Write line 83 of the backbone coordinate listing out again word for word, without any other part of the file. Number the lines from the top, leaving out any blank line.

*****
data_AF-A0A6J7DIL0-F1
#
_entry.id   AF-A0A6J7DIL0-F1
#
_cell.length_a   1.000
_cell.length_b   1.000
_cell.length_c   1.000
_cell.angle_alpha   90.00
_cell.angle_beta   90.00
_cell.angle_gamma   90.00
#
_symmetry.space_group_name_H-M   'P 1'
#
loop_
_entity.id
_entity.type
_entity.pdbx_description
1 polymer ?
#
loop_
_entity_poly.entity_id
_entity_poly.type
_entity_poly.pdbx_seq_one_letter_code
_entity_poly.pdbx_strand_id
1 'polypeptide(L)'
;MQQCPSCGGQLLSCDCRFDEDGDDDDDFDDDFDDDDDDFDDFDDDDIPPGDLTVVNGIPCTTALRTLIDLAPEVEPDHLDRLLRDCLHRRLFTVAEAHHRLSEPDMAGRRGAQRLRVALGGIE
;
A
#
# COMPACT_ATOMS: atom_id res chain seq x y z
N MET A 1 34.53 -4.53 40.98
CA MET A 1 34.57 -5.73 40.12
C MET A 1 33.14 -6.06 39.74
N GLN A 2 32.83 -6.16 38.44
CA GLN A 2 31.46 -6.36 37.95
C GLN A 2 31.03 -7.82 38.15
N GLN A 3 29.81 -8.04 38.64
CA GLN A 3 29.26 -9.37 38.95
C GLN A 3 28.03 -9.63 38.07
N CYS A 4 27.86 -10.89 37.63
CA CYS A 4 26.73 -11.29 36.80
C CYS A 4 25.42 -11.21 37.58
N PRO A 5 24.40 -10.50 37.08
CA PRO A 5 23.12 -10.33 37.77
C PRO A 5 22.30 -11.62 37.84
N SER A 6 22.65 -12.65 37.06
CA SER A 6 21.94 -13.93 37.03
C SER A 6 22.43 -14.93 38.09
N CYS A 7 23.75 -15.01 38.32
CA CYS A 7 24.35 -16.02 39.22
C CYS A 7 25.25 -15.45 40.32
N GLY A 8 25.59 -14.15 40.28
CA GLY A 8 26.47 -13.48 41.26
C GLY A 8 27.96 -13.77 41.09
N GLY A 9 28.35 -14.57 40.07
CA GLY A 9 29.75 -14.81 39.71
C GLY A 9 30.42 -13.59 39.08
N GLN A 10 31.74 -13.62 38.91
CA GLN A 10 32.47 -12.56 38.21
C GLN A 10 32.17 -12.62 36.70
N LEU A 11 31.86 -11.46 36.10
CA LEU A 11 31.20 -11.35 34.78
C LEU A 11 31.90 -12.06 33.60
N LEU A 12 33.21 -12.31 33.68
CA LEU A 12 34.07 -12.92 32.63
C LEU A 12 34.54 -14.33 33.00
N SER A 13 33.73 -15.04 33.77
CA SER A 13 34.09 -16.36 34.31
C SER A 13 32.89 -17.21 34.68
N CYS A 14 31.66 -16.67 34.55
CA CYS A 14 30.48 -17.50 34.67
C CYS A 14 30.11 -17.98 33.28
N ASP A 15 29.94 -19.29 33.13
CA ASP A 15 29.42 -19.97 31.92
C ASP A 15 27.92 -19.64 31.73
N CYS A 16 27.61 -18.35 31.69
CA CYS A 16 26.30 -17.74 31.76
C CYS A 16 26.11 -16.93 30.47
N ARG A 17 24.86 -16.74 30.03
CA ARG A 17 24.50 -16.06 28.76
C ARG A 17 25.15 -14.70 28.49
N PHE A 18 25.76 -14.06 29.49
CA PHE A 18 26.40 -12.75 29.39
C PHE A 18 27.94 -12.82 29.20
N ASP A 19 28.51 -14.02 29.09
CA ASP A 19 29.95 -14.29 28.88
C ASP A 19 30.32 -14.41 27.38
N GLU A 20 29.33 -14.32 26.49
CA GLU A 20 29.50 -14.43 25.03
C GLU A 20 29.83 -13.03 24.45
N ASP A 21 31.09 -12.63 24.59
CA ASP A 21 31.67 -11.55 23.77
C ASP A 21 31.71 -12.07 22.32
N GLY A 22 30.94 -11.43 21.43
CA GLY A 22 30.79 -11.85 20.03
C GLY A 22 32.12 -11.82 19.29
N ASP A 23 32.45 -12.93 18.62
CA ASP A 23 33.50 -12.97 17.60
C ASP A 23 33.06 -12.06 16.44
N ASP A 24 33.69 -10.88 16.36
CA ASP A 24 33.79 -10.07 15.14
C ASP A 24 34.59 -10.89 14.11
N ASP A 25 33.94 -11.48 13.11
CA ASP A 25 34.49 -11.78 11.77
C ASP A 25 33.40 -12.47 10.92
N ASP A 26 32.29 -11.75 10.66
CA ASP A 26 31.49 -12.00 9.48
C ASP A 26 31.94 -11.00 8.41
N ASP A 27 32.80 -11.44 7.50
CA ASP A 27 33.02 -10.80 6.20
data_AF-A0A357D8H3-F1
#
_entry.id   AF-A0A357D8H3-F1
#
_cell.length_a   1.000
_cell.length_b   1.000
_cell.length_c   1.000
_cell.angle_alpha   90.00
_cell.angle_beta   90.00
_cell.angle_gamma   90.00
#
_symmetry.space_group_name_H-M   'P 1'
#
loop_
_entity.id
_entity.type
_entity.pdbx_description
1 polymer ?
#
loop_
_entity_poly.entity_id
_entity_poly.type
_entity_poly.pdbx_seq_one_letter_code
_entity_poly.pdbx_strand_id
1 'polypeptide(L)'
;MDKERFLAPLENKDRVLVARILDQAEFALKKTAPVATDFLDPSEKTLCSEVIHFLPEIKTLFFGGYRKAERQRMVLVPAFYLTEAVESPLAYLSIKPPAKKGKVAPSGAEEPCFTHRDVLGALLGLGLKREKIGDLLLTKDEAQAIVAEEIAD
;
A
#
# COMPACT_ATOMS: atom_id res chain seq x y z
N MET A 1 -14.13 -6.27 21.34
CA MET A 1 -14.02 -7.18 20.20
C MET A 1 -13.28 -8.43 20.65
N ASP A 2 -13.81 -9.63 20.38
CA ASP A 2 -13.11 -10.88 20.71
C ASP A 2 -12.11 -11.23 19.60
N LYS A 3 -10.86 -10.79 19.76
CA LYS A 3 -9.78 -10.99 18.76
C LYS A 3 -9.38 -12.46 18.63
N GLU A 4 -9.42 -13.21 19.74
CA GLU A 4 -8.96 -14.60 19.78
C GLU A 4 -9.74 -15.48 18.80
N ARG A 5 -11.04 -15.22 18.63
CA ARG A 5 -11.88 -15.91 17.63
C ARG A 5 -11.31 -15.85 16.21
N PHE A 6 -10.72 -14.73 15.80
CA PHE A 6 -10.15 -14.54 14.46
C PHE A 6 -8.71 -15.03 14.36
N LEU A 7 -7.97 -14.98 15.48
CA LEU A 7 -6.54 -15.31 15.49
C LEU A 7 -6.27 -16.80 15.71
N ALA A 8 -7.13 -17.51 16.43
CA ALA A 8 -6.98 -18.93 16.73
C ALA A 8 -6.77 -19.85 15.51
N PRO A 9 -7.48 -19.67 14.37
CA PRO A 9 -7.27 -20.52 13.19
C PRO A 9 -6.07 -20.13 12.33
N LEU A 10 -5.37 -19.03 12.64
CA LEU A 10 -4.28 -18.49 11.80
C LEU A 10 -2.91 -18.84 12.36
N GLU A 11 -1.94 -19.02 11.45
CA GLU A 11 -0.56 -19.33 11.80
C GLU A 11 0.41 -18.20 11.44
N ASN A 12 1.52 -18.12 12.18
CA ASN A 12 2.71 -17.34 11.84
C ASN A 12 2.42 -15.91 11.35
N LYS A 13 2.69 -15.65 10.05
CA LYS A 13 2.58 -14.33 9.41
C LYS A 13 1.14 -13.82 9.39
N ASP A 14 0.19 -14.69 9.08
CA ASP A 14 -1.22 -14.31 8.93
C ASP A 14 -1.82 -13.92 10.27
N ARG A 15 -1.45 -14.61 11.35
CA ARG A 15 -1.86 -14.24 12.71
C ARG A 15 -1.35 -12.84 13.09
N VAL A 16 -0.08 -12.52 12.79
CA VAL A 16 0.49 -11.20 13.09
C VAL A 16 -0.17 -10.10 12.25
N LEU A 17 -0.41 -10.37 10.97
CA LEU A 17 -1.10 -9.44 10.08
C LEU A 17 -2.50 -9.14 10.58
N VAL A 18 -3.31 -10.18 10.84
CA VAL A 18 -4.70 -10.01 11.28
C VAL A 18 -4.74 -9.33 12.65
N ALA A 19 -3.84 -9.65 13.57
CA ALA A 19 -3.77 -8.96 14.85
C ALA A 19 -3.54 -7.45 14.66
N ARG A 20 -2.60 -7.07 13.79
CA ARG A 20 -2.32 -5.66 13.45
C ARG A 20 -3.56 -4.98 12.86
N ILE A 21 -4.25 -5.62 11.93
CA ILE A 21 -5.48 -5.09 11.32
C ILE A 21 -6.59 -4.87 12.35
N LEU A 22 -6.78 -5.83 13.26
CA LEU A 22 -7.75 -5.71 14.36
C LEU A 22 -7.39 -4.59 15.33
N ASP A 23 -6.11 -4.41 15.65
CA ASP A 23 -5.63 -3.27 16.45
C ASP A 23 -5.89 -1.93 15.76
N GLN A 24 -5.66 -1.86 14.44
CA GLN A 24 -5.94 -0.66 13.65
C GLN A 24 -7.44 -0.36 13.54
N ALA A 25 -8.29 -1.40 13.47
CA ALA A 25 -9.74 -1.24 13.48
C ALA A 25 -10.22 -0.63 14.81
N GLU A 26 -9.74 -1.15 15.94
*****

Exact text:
CA PHE A 18 26.40 -12.75 29.39